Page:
This tool is designed to work when every team member does the following:

  1. Check-out all files required for a change.  Remember that modifying one object may require that another object be updated, so make sure and check out all objects that can possibly be affected).

  2. Make the change.

  3. Clean the files.

  4. Merge/Resolve conflicts.

  5. Build project output (if required for your solution… I’ll be posting on how to easy project builds/deployments in a few days)

  6. Check-in all files required for a change.

General Best Practices

There are some other general things you can do to make concurrent development a little bit easier (most of these go for software development in general, not just Analysis Services).  If you’ve attempted to have multiple developers work on a project, you’re probably doing all these things already.  Remember that it is always faster and easier not to have to merge when you don’t have to.

Do Separate AS Cubes and Databases by Subject Area

Including only related objects in a cube/database is a standard best practice. This approach avoids potential performance issues, increases manageability and maintainability, and improves the presentation and understandability for the end user. This design pattern also lessens the chance that multiple developers will need to be working on the same object at the same time.

Don’t Combine Unrelated Attributes in a Single Dimension

Including unrelated attributes in a single dimension causes problems with performance, maintainability, and general use of the solution. Including unrelated attributes also promotes conflicts by increasing the chance that developers working on unrelated areas will need to work on the same file.

Do Communicate and Schedule Work for Minimum Conflicts

Make sure to communicate with other developers to avoid working on the same objects when possible. If you need to work on the same object, ensure the design changes are compatible and that there is no way to optimize the work.

Major changes that will dramatically affect source merging should be performed with an exclusive lock on the file.

Ex. A developer wants to re-order the 200 calculated members in the calculate script. The developer should wait until everyone else has submitted their changes, then make the change and submit it.

Do Check-out late and Check-in Early

Minimize the time you keep AS files checked out. While it may take some time to develop new functionality for AS (modifying the source database, creating an ETL to load the database from a source system, etc.) the work in AS is typically fairly quick to do if properly designed and prepared for. Complete the design and other development before checking out the Analysis Services files.

Do Use Tools to Help Merge

Use a side-by-side differencing tool to compare and merge different versions of Analysis Services files. A good diffing tool will have features to make this operation significantly easier. Consider using a tool such as Beyond Compare for this task.  You can use this process to verify that Clean-SsasProject works for your solution the first time you it.


Next Steps

Modify the provided source/process to meet your needs and environment.  There is no 100% “right way” to handle development like this… everyone’s situation will be just a little bit different, and require a little bit of customization.  I’m just trying to give you the tools to make it a little bit easier.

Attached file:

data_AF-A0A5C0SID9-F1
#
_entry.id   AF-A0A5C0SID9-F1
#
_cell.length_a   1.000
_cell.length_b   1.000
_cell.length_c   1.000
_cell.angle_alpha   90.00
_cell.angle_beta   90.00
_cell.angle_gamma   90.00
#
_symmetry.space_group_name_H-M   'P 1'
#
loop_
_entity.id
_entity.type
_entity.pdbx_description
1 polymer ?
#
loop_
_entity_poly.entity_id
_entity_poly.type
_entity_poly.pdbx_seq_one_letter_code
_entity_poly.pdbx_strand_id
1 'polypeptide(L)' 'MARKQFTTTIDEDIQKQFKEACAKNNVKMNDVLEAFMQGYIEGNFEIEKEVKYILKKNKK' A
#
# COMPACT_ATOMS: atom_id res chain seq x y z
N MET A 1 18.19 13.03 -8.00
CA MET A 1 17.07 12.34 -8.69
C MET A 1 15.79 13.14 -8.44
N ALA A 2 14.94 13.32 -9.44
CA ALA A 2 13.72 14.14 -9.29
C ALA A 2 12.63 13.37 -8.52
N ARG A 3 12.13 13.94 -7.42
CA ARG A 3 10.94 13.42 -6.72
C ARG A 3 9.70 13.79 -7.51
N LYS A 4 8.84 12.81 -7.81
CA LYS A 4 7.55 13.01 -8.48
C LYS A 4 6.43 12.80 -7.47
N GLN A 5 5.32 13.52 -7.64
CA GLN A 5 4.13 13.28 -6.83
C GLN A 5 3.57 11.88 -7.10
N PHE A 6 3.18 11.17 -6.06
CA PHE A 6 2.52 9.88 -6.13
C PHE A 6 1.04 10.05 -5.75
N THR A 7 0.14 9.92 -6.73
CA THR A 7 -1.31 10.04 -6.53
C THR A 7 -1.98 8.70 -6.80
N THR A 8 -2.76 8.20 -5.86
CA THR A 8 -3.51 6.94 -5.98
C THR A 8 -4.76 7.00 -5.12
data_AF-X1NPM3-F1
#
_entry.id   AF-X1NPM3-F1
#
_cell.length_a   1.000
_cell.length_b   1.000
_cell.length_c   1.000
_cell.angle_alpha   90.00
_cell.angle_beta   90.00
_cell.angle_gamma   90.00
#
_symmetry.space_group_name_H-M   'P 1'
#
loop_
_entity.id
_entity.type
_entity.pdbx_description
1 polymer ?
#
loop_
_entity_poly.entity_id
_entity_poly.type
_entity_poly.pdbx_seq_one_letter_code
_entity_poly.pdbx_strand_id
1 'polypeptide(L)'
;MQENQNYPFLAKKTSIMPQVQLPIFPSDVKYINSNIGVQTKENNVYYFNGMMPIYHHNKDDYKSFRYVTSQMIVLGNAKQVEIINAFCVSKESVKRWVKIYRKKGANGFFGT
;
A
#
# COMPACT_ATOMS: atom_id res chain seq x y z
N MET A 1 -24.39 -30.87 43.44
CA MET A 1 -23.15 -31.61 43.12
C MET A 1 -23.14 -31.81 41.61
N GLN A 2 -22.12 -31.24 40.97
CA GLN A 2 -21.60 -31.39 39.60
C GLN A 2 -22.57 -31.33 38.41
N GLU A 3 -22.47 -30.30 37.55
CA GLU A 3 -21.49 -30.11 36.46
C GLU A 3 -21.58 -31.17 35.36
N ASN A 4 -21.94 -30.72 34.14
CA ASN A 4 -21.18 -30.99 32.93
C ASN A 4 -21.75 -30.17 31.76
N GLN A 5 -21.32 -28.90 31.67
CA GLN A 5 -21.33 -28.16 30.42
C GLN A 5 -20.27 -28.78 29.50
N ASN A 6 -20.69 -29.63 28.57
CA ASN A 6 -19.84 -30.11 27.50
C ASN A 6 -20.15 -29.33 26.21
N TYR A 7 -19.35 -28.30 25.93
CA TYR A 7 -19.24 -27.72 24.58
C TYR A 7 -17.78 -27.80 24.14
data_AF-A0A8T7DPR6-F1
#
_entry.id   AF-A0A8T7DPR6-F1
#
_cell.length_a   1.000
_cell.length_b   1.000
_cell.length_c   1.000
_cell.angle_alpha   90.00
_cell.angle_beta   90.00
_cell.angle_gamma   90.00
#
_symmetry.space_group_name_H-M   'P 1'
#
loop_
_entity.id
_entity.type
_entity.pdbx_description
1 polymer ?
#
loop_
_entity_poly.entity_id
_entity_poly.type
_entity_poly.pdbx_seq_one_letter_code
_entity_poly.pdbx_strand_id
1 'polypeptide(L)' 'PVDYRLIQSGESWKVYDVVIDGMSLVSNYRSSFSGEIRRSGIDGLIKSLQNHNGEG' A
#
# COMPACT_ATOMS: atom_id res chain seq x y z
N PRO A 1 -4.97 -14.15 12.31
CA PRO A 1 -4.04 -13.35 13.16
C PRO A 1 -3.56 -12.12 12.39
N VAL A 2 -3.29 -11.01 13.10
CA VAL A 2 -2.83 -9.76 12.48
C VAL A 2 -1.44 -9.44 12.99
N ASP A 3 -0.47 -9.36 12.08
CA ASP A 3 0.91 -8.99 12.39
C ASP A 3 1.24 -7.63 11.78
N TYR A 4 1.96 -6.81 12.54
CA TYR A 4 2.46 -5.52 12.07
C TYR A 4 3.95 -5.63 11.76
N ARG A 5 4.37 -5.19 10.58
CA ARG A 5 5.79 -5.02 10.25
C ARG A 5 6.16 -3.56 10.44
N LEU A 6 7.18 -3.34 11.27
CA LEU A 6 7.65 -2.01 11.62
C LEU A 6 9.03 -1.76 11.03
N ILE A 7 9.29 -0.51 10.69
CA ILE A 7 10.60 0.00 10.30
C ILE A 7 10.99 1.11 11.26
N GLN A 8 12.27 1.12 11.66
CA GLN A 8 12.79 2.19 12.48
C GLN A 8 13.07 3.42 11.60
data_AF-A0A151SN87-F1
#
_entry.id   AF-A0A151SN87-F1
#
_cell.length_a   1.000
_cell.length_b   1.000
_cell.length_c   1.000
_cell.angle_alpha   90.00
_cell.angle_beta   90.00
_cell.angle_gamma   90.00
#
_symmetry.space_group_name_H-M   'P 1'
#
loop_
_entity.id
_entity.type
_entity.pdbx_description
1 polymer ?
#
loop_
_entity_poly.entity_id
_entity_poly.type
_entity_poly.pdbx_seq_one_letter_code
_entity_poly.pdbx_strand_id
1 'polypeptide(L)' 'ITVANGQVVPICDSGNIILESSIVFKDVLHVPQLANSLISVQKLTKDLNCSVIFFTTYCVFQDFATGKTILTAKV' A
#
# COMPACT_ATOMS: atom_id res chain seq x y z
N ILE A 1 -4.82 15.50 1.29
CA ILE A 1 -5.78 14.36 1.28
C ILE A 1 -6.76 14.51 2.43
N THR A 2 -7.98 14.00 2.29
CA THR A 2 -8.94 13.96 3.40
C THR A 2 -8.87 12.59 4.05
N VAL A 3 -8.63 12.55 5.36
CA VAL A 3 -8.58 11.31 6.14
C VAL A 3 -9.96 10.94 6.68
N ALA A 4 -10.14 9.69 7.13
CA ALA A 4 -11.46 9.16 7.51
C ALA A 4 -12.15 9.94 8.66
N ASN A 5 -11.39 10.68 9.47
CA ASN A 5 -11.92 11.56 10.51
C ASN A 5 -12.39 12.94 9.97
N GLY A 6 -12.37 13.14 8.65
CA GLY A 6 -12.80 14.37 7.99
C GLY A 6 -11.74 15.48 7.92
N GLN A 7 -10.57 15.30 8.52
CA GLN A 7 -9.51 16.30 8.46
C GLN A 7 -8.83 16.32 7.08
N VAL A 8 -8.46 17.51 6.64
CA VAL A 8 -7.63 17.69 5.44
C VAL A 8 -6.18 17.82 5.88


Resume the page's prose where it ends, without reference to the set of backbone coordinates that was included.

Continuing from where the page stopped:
That’s all there is.  If you use the tools, techniques, and approach above it should make developing Analysis Services solutions with multiple developers a bit easier for for you.  You’ll still have some of the headaches normally associated with this type of work, but hopefully you’ll have an easier time of it.



SQL Database Tuning Advisor Output Renamer

I’ve uploaded the ‘Database Tuning Advisor Output Renamer’ at

OK… so Friday marked the first day I’ve ever gotten sunburned while coding.  I had a little bit of free time while at an outdoor event, and whipped up a a little utility to help apply standards to to DTA recommendations.

I use the SQL Database Tuning Advisor (DTA) a lot to generate basic recommendations for indexes and statistics based on a workload.  In my team, we store all index and statistics creation scripts in .SQL files, which are then run as part of our deployments.  We use a standard naming convention for each of the objects to enhance the maintainability.

Last week I ran the DTA against a workload I generated based on running reports on some new schema… not surprisingly, quite a few recommendations were generated.  It occurred to me my time could be better spent doing something besides renaming 50 database objects based on their definitions.  I decided to write a small application to help change the default names (such as ‘_dta_index_SsasProcessingRunArchive_c_7_1677965054__K10’) to something a little more user friendly (like ‘IX_dbo_SsasProcessingRunArchive_ObjectType_EventClass_SessionID_I_StartTime’).  You’ll want to modify the application to match your local coding standards, but it should be pretty straight forward to do. 

This application only handles a few cases, but does cover Clustered/Non-Clustered Indexes (with and without INCLUDE columns) and Statistics.  It should be easy to extend it if you need to.  This app is just something I whipped up in an hour or two, so it isn’t the most robust thing ever created.

I created the following regex (remove the line breaks… I just used those for presentation) to capture the index name, table name, and column/include lists for the indexes:

   1: CREATE\s(?<NonClustered>NON)?CLUSTERED\sINDEX\s\[(?<IndexName>.*?)\].*?ON\s\
   2: [(?<Schema>.*?)\]\.\[(?<Table>.*?)\].*?\((?<ColumnList>.*?)\)\s*?(?:INCLUDE\s
   3: \((?<IncludeList>.*?)\))??\s*?(?:WITH\s*?\(.*?\)\s*?ON\s\[.*?\])

I created the following regex (remove the line breaks… I just used those for presentation) to capture the statistics name, table name, and column list for the statistics:

   1: CREATE\sSTATISTICS\s\[(?<StatisticsName>.*?)\].*?ON\s\[(?<Schema>.*?)\]
   2: \.\[(?<Table>.*?)\].*?\((?<ColumnList>.*?)\

I then just update the object names with a new name created based column lists and such.  I also through in the functionality to strip ‘go’ statements from input.